North America, of course, pays only part of the global price of power. In China, where the coal-mining industry employs about three million people, thousands of miners—many migrant workers, willing to risk their lives for a steady job—die in mine floods, fires, cave-ins, and explosions every year. Despite a recent government crackdown on lax safety practices, the tragedies continue. Respiratory diseases are rampant in China's coal belt, and acid rain, the result of coal combustion, eats away at the country's farmland and forests. Bleaker still is the oil-rich Niger Delta of Nigeria, where oil spills, acid rain, and frenzied canal and pipeline construction have decimated one of the world's largest wetlands. Instead of bringing prosperity, the country's oil boom has delivered political corruption and crushing poverty.
Despite the destruction and suffering they cause, fossil-fuel booms continue apace, in part because they feed the worldwide hunger for energy—and in part because they offer their neighbors an irresistible devil's bargain. To many small, isolated towns, industry brings tempting perks: Thanks to gas-company taxes, public-school students in the tiny town of Pinedale, Wyoming, enjoy a $20-million recreation center and classrooms outfitted with high-tech tools. The western Colorado town of Rifle, another beneficiary of the Rocky Mountain natural-gas boom, has a new community college campus built with gas-company donations.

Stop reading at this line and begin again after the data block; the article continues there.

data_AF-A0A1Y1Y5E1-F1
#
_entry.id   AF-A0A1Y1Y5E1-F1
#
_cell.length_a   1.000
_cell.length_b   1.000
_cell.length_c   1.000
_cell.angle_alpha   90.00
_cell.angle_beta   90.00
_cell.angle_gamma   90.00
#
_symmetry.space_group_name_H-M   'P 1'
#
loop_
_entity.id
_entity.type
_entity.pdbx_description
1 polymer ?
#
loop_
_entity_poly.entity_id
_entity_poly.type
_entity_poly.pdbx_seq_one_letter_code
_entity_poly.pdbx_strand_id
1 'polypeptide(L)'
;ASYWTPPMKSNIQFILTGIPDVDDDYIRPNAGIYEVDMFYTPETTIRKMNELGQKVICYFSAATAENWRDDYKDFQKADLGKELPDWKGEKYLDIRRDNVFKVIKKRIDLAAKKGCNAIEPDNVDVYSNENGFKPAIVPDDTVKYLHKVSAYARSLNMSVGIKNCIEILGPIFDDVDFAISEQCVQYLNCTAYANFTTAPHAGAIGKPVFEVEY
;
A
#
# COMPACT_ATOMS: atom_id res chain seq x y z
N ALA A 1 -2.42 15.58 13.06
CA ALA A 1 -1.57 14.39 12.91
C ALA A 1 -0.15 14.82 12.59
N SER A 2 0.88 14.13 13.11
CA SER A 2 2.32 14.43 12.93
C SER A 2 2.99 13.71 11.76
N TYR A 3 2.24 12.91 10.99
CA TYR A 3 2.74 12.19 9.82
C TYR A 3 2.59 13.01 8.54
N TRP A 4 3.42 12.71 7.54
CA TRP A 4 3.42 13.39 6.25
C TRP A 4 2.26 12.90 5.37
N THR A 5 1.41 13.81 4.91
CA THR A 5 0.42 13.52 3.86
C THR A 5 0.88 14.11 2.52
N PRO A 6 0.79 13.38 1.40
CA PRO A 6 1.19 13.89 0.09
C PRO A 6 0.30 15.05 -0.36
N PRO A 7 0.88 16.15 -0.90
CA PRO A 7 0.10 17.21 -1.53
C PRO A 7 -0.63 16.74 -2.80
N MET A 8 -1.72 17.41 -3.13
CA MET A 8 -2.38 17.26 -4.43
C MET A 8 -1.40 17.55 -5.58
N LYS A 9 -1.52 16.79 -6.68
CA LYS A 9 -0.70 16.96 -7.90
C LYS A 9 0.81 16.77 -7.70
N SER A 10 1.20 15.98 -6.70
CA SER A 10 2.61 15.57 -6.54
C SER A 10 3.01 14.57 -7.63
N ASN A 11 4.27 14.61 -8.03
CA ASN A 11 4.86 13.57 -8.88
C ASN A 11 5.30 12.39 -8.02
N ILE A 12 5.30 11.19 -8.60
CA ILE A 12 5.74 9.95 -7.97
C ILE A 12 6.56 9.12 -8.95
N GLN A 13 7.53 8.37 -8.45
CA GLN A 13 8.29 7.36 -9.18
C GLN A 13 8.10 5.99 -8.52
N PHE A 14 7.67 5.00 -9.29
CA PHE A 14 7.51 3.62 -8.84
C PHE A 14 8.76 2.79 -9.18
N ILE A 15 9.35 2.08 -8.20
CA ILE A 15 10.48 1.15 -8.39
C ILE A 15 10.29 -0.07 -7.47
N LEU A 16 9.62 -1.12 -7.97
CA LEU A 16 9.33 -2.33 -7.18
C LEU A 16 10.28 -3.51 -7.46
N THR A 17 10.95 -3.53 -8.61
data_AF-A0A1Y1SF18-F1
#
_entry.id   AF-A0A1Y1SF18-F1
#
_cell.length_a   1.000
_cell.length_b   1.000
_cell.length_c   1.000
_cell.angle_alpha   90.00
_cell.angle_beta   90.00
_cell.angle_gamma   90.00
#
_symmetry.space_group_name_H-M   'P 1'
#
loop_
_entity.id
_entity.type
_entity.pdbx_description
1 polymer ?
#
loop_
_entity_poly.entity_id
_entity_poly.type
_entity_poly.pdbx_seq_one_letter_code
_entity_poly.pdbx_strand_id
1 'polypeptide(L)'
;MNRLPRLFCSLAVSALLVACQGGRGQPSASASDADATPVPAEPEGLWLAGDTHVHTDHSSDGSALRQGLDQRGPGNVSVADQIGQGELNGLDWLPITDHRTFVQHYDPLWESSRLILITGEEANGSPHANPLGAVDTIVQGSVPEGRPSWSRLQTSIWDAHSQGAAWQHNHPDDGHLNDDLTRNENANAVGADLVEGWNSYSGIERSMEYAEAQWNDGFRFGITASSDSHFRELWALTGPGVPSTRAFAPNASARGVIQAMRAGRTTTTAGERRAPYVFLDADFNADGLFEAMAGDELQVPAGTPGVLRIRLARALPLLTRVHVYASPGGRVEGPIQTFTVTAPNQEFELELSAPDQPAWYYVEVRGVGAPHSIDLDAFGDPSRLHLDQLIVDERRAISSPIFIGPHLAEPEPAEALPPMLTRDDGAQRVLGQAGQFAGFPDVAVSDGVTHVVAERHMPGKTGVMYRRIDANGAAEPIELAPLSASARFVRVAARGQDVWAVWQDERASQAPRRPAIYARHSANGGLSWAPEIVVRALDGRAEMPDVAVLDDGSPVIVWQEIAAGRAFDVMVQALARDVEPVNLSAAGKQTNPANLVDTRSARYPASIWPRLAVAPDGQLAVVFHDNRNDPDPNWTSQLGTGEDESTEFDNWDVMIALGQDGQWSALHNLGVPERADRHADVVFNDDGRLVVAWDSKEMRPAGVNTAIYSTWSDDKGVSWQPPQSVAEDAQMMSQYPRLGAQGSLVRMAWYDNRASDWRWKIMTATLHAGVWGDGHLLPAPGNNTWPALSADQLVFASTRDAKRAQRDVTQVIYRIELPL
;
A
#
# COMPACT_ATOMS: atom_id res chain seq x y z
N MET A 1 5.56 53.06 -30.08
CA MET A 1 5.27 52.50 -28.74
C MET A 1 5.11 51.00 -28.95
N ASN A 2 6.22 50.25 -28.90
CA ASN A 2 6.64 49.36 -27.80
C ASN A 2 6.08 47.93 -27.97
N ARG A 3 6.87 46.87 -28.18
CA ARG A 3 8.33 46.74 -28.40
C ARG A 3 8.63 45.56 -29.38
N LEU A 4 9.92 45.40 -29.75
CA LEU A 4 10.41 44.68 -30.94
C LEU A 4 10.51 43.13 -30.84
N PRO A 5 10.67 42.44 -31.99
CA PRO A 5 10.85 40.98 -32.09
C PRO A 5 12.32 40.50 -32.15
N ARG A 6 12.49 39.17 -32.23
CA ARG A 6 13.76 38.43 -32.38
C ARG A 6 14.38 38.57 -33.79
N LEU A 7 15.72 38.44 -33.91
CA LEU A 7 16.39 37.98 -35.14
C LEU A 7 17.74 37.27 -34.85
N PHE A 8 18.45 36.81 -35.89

Jobs in mines or on drill rigs, while risky, are lucrative, sometimes the best living available to those without university degrees. And many energy-industry workers in the Rockies, the Appalachians, and elsewhere in the world take complicated pride in doing a dangerous job well, in carrying on a family or community tradition, and in providing an essential commodity to fellow citizens. Change is often viewed not as a savior but as a threat.
But change is afoot, and some of it offers a kinder bargain. Under a new Colorado law, the state's major utilities must buy 20 percent of their energy from renewable sources by 2020. Wind turbines and solar panels are rising on Colorado farm- and ranchland, and some blue-collar jobs are acquiring a green tinge. In my town, on the edge of the gas patch, the old middle school still hosts safety training for coal miners. But less than a mile away, at a new campus of the nonprofit Solar Energy International, renewable-energy experts are showing building contractors, electricians, and the occasional retired oil and gas worker how to cash in on a new sort of energy boom. Geology remains destiny, but not for long.